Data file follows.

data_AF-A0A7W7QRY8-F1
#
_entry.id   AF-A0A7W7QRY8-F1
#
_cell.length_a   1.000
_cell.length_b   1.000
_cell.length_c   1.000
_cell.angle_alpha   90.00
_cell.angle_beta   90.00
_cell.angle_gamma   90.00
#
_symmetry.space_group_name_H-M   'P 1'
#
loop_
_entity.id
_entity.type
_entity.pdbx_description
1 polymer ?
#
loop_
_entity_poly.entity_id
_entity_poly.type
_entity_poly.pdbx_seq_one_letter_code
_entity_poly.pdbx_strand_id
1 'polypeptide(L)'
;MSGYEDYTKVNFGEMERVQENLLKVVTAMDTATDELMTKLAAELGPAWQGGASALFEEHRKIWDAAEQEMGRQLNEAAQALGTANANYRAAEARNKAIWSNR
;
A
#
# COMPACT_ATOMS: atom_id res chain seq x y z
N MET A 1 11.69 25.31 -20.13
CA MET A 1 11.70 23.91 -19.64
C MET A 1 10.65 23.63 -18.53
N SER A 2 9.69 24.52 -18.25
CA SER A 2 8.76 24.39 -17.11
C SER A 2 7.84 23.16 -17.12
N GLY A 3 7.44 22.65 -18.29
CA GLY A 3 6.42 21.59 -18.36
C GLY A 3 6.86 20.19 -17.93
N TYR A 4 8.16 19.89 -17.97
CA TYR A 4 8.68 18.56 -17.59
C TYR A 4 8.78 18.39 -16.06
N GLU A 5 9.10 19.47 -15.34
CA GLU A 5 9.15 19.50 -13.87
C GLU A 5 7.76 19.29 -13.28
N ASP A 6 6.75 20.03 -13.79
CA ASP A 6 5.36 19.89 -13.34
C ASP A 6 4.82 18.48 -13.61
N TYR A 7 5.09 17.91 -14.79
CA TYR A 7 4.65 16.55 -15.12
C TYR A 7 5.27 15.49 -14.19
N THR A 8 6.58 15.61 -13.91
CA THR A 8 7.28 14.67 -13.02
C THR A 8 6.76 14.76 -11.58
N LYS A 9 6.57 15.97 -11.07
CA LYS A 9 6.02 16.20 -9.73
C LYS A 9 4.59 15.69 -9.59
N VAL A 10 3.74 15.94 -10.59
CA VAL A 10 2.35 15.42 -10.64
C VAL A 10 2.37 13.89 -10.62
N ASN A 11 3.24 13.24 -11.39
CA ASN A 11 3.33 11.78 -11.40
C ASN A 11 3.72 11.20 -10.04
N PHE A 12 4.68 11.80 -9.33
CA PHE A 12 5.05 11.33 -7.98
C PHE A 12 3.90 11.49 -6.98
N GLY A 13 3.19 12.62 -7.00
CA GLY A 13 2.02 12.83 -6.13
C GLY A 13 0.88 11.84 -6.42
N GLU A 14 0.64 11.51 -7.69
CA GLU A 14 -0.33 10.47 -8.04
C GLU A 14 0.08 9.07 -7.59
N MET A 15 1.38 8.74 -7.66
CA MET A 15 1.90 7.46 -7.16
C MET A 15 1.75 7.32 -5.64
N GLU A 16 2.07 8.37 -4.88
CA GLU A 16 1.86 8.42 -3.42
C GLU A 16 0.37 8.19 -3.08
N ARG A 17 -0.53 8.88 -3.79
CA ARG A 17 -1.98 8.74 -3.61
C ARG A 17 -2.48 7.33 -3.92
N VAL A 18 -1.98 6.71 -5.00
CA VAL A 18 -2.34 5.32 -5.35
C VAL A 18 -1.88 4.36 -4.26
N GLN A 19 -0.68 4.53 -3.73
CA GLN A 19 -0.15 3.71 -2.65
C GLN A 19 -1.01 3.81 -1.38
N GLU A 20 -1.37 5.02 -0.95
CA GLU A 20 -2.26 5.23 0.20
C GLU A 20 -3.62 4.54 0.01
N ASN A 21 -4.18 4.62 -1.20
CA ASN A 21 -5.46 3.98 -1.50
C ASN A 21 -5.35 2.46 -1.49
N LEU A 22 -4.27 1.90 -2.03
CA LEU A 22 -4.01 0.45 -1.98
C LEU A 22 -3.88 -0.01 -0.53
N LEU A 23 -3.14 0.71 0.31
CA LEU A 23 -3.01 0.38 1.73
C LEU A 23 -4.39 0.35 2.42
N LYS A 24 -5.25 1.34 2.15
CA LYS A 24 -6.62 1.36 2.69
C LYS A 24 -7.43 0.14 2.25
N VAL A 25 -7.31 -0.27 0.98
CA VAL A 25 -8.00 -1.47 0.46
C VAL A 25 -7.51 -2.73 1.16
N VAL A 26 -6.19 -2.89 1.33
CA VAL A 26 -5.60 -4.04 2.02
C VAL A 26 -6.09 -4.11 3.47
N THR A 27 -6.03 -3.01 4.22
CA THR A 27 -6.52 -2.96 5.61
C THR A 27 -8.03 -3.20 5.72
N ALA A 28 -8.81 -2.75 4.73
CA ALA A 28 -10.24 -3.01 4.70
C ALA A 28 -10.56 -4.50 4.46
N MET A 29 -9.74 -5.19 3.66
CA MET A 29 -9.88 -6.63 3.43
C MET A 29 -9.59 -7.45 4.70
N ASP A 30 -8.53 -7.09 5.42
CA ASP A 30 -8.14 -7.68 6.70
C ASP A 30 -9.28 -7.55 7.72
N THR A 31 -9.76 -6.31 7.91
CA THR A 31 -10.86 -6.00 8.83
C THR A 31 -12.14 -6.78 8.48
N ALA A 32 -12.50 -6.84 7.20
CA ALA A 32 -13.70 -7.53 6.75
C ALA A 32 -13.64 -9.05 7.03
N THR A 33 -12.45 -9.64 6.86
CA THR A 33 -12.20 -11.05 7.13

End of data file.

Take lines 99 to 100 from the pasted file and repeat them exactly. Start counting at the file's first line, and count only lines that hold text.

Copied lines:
C LEU A 23 -4.39 0.35 2.42
N LYS A 24 -5.25 1.34 2.15